Saturday, April 16, 2016

Good Omens, Cheap Seats, and the Memorial

I haven't blogged for a long time, but right now I'm on a train, and it feels like a good time to catch up. Thismorning I was interviewed by Charlie Russell for his documentary on Terry Pratchett. (Charlie made the previous BBC Terry Pratchett documentaries, Living With Alzheimer's, Choosing to Die, and Facing Extinction.)

We did it in a Chinese restaurant in Gerrard Street, because Terry and I had first met in a Chinese restaurant, in February 1985. It was easy and pleasant, and then suddenly it wasn't. I was talking about the last time I'd seen Terry, and what we said, and I found myself crying uncontrollably, unable to talk. And then I pulled it together, and we carried on.

 "Look,this is really unprofessional,” said Charlie, when the interview was all over, “and I haven't said it before to anyone I've interviewed, but would you like a hug?” And I said that, yes, I would.

 I'm still a bit shaken. It's as if all the emotion that I'd kept under control for the public Terry memorial, for the public Terry, the other night, erupted when I talked about the private people that were us.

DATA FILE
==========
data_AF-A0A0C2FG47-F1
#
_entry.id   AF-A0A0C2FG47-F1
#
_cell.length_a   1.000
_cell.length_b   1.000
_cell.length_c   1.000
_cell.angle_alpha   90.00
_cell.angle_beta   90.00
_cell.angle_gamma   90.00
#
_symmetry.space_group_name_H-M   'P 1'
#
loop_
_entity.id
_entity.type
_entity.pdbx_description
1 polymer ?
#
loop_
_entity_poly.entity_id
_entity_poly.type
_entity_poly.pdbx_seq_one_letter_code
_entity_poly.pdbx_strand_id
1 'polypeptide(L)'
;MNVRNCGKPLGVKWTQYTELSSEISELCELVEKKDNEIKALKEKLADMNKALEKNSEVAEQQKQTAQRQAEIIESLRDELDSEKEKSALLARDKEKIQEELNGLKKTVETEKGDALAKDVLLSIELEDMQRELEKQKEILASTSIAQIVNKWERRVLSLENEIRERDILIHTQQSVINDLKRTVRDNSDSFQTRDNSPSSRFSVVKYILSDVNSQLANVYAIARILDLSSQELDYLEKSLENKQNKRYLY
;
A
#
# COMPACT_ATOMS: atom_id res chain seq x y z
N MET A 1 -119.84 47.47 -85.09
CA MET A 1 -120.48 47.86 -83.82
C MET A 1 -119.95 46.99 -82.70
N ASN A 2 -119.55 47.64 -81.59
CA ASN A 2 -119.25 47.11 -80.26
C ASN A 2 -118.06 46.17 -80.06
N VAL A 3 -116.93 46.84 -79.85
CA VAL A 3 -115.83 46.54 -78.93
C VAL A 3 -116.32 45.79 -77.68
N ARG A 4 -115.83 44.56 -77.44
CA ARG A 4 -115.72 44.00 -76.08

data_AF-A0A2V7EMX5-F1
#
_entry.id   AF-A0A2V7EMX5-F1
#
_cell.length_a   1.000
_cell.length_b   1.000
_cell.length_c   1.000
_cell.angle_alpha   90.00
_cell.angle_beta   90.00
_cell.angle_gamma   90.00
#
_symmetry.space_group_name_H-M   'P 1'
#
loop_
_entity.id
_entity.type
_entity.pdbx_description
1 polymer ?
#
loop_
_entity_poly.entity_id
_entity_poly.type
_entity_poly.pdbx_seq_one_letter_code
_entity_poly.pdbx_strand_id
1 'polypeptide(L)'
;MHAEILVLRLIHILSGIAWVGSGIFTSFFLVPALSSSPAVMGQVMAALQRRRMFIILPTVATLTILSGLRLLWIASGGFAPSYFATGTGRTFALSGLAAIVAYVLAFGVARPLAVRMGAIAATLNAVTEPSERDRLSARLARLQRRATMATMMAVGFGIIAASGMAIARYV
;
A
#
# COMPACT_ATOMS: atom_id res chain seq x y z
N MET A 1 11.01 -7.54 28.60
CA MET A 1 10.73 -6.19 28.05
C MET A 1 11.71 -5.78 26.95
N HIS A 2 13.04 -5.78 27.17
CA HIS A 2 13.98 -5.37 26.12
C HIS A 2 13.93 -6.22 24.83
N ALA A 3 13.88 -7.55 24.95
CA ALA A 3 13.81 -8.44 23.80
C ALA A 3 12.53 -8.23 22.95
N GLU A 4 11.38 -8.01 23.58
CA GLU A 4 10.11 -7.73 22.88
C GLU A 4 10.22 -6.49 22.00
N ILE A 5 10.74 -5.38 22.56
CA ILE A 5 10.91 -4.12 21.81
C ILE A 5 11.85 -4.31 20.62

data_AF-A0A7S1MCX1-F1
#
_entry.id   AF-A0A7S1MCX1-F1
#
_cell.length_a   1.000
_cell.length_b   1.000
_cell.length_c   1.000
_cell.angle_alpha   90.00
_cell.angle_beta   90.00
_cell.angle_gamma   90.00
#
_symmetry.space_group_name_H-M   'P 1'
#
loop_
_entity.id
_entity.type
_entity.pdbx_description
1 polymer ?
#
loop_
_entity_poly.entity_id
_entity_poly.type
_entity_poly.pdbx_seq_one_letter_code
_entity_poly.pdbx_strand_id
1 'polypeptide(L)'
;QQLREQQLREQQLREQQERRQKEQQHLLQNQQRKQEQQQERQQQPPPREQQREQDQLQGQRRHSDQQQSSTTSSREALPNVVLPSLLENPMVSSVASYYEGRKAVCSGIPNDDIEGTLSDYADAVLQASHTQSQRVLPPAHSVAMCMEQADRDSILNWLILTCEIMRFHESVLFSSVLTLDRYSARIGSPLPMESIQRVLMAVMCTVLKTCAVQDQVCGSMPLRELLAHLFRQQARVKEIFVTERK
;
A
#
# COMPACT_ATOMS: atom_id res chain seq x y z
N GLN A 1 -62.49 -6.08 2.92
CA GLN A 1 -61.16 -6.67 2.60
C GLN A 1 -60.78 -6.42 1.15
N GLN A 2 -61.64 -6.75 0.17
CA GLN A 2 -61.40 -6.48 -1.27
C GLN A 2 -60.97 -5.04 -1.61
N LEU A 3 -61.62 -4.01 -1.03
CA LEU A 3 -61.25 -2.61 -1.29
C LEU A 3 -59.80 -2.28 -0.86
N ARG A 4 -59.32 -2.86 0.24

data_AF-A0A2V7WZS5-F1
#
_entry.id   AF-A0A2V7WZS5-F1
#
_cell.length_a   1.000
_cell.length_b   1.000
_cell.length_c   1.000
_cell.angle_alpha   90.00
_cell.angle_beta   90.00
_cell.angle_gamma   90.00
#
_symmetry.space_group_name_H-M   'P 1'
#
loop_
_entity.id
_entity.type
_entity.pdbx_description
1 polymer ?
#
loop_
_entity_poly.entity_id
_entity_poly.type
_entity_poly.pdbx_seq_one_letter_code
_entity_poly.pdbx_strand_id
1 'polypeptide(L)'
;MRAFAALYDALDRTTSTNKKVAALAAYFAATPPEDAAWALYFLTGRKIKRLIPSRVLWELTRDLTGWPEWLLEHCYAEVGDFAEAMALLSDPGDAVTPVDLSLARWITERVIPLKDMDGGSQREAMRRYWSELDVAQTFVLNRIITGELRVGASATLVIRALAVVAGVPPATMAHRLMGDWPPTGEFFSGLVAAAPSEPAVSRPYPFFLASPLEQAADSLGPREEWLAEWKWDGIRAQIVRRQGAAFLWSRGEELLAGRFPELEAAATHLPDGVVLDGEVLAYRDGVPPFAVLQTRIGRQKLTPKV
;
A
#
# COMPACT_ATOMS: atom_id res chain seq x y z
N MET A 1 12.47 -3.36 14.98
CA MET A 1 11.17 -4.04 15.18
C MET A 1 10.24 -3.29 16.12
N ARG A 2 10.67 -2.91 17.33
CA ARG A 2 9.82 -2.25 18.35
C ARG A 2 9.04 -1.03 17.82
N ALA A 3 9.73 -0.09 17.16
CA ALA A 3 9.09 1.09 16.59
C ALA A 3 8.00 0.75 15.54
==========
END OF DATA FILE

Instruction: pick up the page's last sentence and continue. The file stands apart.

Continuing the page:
The memorial the other night was beautiful. I wore my mourning frock coat that Kambriel made for me, and I went out that afternoon and bought a white shirt and a black tie. (Actually, I bought four shirts, which, given how often I wear white shirts, should take me easily to the end of my lifetime.)

I read the introduction to A Slip of the Keyboard, which I'd written for Terry while he was alive. I got sad at the end but that was fine. And I held it together just fine when Rob, Terry's amazing right-hand man, presented me with a big black author's hat Terry had left me. I couldn't put it on, though. I wasn't ready for that. (I tried it on later, in the dressing room. I looked, to my mind, like a rabbinical cowboy assassin. Not that there's anything wrong with that.)